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Importance of Smoking Cessation on Surgical Outcome in Primary Lung Cancer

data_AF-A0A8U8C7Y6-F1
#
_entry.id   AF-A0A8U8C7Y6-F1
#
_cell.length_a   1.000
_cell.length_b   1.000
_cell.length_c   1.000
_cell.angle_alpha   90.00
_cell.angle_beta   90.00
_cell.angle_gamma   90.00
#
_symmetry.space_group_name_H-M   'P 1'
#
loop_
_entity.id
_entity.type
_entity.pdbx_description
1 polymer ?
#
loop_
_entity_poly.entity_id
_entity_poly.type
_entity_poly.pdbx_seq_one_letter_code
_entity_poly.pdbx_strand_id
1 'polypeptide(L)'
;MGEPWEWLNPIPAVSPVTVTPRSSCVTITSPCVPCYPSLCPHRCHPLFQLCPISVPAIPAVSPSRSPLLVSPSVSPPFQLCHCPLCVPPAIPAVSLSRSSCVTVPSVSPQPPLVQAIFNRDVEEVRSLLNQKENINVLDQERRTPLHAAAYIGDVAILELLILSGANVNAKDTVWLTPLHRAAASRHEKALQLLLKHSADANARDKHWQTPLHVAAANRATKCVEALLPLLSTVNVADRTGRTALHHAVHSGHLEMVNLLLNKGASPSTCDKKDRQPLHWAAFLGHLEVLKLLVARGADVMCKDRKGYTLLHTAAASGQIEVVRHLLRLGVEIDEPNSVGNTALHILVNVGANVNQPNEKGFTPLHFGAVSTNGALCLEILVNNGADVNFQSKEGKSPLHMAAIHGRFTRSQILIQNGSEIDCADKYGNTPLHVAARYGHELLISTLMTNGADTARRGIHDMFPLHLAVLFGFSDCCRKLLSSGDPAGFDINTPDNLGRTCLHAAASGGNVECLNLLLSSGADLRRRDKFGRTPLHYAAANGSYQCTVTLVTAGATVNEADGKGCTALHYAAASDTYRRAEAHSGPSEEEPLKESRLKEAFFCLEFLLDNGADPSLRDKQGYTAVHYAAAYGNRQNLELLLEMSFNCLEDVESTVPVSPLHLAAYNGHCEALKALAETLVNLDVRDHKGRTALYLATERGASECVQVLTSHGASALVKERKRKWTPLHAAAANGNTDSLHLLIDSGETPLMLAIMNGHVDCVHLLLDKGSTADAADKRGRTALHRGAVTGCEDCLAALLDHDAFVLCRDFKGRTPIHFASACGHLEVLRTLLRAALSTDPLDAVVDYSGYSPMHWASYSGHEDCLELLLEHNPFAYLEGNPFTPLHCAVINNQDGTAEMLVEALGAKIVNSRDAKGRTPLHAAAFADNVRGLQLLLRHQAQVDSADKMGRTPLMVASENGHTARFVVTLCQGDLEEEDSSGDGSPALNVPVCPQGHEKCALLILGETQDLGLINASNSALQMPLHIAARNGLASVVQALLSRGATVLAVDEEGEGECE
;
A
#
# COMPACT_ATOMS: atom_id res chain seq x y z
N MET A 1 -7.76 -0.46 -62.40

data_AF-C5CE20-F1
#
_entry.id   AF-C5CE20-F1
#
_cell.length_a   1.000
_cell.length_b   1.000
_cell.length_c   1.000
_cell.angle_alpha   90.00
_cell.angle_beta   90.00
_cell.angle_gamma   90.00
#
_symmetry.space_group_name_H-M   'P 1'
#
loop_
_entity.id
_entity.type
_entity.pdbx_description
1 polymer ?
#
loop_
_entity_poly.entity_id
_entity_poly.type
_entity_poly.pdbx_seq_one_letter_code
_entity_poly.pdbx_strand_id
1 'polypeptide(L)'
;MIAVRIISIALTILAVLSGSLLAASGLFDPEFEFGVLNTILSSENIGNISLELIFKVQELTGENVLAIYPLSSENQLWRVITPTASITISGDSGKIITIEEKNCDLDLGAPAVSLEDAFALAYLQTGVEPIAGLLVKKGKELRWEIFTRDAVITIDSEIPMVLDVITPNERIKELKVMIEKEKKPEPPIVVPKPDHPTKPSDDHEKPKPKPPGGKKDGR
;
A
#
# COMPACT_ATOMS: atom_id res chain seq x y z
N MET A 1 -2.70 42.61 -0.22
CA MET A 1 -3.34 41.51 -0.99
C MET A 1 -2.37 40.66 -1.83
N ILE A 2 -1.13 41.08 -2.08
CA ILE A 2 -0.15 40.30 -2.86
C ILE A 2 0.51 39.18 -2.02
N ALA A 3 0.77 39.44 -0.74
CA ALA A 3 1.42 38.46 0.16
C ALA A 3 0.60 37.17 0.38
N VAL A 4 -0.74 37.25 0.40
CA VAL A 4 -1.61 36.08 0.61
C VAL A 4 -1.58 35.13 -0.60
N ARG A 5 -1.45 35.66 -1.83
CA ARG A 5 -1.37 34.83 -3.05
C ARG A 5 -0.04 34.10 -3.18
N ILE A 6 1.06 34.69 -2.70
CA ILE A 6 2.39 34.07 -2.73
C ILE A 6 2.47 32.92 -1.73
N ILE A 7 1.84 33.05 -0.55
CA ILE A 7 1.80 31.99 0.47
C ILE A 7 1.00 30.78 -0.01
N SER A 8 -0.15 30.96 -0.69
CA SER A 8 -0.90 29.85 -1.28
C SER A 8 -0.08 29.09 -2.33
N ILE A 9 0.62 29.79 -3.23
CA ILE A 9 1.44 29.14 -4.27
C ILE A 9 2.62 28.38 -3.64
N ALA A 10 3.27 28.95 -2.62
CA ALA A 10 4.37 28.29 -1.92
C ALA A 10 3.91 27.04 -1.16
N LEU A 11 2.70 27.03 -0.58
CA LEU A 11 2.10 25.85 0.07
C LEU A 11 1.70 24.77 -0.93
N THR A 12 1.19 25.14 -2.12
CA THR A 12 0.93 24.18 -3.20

Fukui and colleagues retrospectively compared outcomes for patients who were either smokers (410 patients) or never smokers (256 patients) and who underwent resection for primary lung cancer (stage I to III). The authors evaluated 90-day mortality and respiratory complications, both of which were higher for smokers than for never smokers. Smoking cessation mitigated the increased likelihood of pulmonary complications for smokers, and the odds ratios for complications compared to never smoking patients were lowest for those patients with the longest interval of preoperative smoking cessation (more than 12 months). The authors conclude that smoking cessation is always valuable for lung cancer surgery, but that longer periods of time are more efficacious for reducing pulmonary complications.